Moody's Investors Service Wednesday lowered the outlook on China's credit rating from stable to negative, citing a weakening of fiscal metrics and a continuing fall in foreign exchange reserves.
The rating agency also noted uncertainty over the capacity of authorities to implement the reforms needed to address imbalances in the world's second-largest economy.
Moody's current Aa3 rating on China is seven notches above junk so even if the agency were to follow up on its warning and lower the rating, investors won't have to suddenly start selling the country's bonds.
Still, the warning underscores how the build-up in credit in the country's stuttering economy is making market observers nervous.
Rival Standard & Poor's assesses China's creditworthiness at similar levels to Moody's, while Fitch rates China a notch lower. S&P and Fitch both have stable outlooks on the country.
Chinese markets did not immediately react to the outlook revision. The Shanghai composite was near flat at 2,735.21,while the dollar/yuan rate was at 6.5518 against Tuesday's close of 6.5500. The bid yield on China's benchmark 10-year local currency bond was steady at 2.91 percent.
Moody's noted that government debt had risen from 32.5 percent of gross domestic product (GDP) in 2012 to 40.6 percent at the end of 2015.
Moody's forecasts the metric to rise further to 43 percent of GDP by 2017 as Beijing spends more to revive growth that has slowed to the lowest in over two decades.
"While not our base case scenario, the government's fiscal strength would be exposed to additional weakening if underlying growth, excluding policy-supported economic activity, remained weak," Moody's said in a statement accompanying its outlook change on Wednesday.
"In such an environment, the liabilities of policy banks would likely increase to fund government-sponsored investment, while the leverage of state-owned enterprises (SOEs) — already under stress — would rise further."
Another source of unease is the flood of capital out of China in recent months.
Slowing economic growth, a stock market plunge last summer (albeit from vertigo-inducing levels), and volatility in currency markets have caused investors take fright.
China's foreign reserves fell $99.5 billion in January to $3.23 trillion, the lowest level since May 2012, as the central bank intervened aggressively to prop up its currency. Goldman Sachs reckoned capital outflows in China amounted to $88 billion during that month.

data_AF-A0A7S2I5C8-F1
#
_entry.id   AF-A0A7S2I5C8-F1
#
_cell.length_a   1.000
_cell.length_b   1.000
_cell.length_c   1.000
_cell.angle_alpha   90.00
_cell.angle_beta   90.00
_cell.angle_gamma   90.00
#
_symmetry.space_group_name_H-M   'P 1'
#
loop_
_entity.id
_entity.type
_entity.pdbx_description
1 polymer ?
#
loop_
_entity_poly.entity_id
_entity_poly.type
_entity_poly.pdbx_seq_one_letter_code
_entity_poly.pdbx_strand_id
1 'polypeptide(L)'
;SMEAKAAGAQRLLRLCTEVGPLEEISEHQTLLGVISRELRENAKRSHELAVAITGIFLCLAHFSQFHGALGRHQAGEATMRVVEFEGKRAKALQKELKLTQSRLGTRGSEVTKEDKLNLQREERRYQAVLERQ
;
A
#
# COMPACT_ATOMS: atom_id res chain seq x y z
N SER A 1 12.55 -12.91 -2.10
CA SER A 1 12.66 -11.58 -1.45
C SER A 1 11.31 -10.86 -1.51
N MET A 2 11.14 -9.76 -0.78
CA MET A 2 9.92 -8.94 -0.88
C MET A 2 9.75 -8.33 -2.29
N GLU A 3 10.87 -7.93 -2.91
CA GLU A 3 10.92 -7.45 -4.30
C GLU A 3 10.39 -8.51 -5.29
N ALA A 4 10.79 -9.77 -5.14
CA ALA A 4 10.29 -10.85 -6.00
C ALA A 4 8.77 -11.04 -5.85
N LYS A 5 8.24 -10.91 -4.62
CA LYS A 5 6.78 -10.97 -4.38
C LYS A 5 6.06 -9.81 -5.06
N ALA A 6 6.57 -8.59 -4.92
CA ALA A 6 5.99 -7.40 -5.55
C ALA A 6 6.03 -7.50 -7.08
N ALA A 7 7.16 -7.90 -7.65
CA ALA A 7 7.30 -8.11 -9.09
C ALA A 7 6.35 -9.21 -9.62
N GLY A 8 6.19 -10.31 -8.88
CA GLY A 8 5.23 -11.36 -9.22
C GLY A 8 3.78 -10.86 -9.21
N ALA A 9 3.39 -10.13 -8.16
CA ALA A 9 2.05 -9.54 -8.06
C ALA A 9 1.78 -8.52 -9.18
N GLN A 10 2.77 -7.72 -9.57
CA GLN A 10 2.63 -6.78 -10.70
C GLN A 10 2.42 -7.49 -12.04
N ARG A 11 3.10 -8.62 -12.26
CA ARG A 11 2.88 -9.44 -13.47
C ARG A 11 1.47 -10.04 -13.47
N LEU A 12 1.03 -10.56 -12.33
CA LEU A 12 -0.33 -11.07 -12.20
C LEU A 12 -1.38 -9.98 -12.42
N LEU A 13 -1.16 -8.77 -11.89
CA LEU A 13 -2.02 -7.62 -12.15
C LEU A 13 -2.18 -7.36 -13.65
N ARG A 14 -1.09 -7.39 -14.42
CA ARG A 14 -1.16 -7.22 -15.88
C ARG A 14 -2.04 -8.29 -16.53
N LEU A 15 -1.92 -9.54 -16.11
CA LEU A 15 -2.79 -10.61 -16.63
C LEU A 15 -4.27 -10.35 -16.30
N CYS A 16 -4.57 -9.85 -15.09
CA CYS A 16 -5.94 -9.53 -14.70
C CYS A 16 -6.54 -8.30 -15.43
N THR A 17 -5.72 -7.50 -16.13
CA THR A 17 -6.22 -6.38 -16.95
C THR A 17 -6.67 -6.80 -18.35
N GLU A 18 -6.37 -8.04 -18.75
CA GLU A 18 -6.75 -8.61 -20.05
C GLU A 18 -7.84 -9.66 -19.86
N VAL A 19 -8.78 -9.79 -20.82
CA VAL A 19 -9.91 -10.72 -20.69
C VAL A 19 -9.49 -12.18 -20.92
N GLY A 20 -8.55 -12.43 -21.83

Moody's acknowledged that China's foreign exchange reserves, the world's largest, remained substantial, especially in relation to China's external debt.
But the ratings agency warned that sharp decline in reserves in recent months could still portend further capital outflows if pressure on the yuan persisted and confidence in the ability if policymakers to shore up confidence wavered.
The policy options open to China come with their own risks.
Tightening capital controls would fuel concerns over China's commitment to financial sector reforms — as it has repeatedly promised it is, as recently as last weekend's G-20 meeting — while intervening vigorously in the currency markets would siphon cash from the the financial system at a time the economic outlook looks shaky. (A cut in banks' reserve requirement ratio on Monday was aimed at boosting liquidity in the banking system, just days after fears about liquidity drying up caused a sudden rout in local stock markets.)
Letting the currency weaken to preserve reserves, on the other hand, would accelerate capital outflows.
According to Moody's, multiple policy objectives of maintaining economic growth, implementing reforms and curbing market volatility were testing China's institutions.
The rating agency expressed concern that fiscal and monetary policy measures to ensure the government's economic growth target of 6.5 percent was met could slow reforms, including those related to SOEs.
"Interventions in the equity and foreign exchange markets over the past year suggest that ensuring financial and economic stability is also an objective, but there is considerably uncertainty about policy priorities," Moody's said.
So what would trigger a change in the rating or the outlook?
Moody's said an upgrade in the outlook to stable was possible if the government succeeded in shoring up finances and restructured SOEs. A moderation in capital outflows would also help.
A downgrade was possible if the reform drive slows, public debt rose and capital outflows accelerated, Moody's said.